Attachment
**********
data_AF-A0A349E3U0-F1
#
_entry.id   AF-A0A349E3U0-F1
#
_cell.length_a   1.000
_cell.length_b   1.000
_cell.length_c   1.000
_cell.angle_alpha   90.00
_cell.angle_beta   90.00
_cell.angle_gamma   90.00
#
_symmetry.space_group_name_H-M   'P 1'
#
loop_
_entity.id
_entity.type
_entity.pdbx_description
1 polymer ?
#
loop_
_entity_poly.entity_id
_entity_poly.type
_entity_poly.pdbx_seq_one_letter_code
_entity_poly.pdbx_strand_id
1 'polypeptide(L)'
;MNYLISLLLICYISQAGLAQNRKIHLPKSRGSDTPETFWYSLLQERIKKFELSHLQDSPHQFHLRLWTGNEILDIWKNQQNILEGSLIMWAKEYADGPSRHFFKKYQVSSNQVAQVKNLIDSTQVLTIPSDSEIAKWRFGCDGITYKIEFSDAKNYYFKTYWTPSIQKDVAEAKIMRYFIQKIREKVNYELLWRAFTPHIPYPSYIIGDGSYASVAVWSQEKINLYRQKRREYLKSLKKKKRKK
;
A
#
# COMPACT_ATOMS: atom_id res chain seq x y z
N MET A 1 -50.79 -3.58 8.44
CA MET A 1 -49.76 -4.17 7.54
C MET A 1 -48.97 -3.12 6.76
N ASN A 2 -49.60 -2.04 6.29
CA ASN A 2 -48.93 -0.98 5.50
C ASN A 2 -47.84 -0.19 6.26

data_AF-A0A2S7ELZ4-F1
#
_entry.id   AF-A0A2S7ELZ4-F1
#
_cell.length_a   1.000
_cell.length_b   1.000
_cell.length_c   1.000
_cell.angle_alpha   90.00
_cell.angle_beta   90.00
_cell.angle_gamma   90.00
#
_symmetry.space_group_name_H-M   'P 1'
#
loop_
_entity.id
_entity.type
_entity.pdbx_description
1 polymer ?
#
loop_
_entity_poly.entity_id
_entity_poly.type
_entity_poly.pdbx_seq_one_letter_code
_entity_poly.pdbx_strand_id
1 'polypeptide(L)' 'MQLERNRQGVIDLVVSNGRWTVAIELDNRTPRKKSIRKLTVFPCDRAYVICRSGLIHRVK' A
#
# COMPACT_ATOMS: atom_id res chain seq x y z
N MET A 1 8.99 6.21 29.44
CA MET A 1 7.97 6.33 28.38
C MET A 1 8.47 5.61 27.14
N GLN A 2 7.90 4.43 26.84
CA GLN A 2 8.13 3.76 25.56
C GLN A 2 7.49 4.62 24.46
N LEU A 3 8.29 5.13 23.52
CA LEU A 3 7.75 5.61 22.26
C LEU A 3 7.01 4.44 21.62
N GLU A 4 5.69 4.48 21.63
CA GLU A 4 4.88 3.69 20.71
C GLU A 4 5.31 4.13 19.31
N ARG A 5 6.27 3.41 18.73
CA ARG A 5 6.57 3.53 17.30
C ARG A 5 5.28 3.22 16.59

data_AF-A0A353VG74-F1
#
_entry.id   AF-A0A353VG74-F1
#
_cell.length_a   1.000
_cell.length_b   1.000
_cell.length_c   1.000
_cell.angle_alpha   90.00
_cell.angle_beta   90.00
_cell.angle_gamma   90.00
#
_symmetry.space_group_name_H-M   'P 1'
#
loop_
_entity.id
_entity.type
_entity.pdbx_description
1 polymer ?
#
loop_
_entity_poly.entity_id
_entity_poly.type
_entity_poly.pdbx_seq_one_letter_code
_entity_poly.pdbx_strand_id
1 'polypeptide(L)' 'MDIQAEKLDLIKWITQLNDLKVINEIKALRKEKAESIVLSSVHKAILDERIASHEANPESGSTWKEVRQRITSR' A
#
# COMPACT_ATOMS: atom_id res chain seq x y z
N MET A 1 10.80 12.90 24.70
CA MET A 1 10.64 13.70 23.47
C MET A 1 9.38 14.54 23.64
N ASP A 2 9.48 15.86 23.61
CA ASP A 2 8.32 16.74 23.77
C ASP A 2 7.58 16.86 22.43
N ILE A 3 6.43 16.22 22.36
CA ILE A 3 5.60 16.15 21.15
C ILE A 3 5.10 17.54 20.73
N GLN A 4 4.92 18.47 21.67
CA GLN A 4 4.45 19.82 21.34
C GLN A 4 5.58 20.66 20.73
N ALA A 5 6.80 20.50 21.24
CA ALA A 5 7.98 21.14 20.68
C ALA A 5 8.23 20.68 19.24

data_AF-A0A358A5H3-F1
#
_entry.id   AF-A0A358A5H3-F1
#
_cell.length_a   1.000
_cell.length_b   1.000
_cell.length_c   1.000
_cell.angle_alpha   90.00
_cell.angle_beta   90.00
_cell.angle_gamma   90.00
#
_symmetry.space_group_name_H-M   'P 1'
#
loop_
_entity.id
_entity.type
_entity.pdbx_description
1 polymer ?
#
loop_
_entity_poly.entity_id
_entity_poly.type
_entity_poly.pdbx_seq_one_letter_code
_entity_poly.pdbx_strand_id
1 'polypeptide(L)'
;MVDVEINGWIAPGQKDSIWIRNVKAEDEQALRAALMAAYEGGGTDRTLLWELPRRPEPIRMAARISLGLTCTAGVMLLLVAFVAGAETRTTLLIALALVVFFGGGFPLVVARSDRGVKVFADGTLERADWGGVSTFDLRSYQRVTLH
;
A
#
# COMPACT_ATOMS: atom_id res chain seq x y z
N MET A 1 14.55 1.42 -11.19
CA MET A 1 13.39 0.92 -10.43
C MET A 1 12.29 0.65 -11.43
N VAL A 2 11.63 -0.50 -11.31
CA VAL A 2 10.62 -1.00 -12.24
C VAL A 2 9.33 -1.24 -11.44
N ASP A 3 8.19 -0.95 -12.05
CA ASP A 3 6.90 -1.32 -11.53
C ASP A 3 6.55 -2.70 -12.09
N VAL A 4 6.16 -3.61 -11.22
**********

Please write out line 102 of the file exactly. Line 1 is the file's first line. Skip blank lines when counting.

_entity_poly.pdbx_strand_id